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Home / Doug's Beer Republic  /   Review: Kerne Craft Dry Cider

     
Kerne Craft Dry Cider 
Posted: 8 October 2015  Beer Republic 8.0 
Kerne Craft Dry Cider from France I've had dry ciders before, like the really mediocre Strongbow, and they're so dry they don't even taste like apples at some point.  Kerne's Craft Dry Cider has that perfect balance between dryness and sweetness.  Even my wife, a cider despiser at the beginning of the summer, embraced it.    
Avg price/liter: USD 10.66   ABV %: 4.5  Type: Cider    
       


In the last two months, I've been on a mission to sample fruit beers, lambics, and ciders.  I didn't grow up exposed to any of these categories and for most of my life, these kinds of beers just weren't available.  Along for the ride is my wife who NEVER had the opportunity to try any of the above.         

The journey hasn't always been smooth.   Most of the ciders I've tried have been artisanal-posing ciders made by multinational companies, like Stassen, Magners, and the revolting Tempt.        

And then along came Kerne, billed as French artisanal cider.  Normally, a 750 ml in these parts would cost me upwards of $14 per 750 ml bottle.  I normally don't like to buy large bottles of alcohols I've never yet sampled.  But when Kerne came down the pike on sale for $6 bottle (= the standard price of an imported 330 ml craft brew in Thailand), I couldn't resist and ordered the entire range available here.       

Kerne is a cidery located in the Bigouden region of  Brittany in France, located in the country's northwest.  Cider making goes back centuries in Brittany and enjoys French geographical protected status much like champagne does.  Kerne was founded, not by a Frenchman by the name of Kerne, but by a Frenchman with the stereotypical name of Pierre, way back in 1947.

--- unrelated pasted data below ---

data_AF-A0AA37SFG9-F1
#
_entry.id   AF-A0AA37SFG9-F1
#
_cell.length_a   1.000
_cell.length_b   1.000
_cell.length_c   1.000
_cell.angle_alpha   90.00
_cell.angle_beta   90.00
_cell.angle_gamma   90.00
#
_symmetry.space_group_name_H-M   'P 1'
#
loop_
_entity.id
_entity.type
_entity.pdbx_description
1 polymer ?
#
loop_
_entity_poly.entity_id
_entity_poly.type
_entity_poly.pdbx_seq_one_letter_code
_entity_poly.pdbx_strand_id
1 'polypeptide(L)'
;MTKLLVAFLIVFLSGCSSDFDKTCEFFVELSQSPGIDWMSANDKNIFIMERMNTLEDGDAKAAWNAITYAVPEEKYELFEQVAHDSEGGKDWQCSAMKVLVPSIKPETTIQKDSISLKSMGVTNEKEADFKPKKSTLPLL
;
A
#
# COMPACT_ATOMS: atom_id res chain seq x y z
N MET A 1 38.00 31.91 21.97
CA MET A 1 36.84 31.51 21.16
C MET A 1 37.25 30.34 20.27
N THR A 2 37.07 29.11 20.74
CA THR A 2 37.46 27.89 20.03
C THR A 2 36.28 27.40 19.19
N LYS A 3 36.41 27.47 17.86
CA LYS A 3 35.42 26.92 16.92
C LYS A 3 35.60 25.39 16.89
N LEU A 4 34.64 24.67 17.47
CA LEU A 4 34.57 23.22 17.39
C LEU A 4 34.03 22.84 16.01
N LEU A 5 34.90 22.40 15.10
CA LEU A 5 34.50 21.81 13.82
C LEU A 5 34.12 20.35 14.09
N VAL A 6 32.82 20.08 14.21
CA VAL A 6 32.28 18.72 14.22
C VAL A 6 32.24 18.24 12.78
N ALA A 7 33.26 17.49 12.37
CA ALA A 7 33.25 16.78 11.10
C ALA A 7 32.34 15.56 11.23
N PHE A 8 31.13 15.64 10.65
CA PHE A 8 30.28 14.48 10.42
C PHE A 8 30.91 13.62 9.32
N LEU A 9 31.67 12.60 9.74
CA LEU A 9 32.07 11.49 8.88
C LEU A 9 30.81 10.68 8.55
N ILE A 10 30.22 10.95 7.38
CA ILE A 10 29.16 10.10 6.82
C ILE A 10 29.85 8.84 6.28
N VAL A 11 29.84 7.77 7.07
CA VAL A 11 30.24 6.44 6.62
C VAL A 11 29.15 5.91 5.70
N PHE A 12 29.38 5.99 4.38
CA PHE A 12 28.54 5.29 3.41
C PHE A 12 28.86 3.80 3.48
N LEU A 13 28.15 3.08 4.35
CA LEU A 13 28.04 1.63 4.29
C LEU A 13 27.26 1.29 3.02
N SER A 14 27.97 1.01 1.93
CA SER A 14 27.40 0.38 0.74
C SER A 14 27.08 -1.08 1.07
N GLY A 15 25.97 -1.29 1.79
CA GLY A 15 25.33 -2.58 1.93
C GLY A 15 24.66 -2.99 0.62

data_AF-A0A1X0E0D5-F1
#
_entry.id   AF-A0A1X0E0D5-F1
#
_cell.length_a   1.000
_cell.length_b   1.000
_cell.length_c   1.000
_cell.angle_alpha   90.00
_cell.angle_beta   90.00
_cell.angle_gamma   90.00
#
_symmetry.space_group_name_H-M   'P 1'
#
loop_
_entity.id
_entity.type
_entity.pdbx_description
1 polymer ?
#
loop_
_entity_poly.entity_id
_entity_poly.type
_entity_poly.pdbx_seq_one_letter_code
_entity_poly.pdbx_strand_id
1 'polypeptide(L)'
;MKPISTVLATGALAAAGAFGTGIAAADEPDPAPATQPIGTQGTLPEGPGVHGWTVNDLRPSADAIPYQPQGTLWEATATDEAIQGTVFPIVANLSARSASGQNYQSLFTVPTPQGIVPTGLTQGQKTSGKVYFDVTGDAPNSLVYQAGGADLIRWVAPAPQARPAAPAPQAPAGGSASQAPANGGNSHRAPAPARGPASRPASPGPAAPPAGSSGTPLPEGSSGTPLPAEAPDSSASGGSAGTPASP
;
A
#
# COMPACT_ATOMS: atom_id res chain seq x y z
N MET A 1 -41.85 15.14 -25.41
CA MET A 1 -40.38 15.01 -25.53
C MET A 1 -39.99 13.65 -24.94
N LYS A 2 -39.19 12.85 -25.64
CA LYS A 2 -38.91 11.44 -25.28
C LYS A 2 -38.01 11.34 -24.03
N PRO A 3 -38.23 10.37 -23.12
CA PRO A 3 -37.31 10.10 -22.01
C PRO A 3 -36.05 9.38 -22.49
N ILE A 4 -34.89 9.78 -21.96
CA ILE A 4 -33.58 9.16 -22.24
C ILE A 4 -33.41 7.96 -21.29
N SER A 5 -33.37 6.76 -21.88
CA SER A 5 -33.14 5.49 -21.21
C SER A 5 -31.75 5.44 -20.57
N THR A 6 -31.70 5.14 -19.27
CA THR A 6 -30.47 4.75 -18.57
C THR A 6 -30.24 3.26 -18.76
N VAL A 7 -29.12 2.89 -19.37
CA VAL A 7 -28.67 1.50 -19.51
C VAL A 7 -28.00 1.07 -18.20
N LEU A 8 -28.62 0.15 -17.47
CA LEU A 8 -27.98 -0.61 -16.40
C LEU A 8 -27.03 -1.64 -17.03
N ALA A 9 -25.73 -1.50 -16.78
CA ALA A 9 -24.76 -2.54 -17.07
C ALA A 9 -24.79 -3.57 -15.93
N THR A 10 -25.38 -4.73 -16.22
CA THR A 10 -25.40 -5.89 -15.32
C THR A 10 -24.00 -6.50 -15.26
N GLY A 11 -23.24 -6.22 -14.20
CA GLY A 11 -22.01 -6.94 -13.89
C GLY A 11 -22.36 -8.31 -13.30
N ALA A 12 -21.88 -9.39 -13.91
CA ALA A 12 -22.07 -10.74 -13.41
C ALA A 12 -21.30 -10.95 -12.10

The first Kerne cider we tried is known by the company as Le Kerne, its Craft Dry Cider.  No fillers are used, no added sugars either as far as I can tell.  Just pure apple juice fermented with the natural yeasts on the apple skin.        

I've had dry ciders before, like the really mediocre Strongbow, and they're so dry they don't even taste like apples at some point.  Kerne's Craft Dry Cider has that perfect balance between dryness and sweetness.  Even my wife, a cider despiser at the beginning of the summer, embraced it.  She was so happy drinking it, she begged me to order more so she could gift bottles to her general manager and co-worker.       

Imagine you're biking across the French countryside and you pass by a small booth of artisans making fresh apple juice.  This is sort of the same thing except the artisans have now allowed that juice to ferment in vats and then strained it.          

If I was guaranteed for the rest of my life to drink cider neither better nor worse than this, I'd sign on the dotted line immediately.      

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8 Oct 2015
 
Voltaire Brown's Don't Travel Europe

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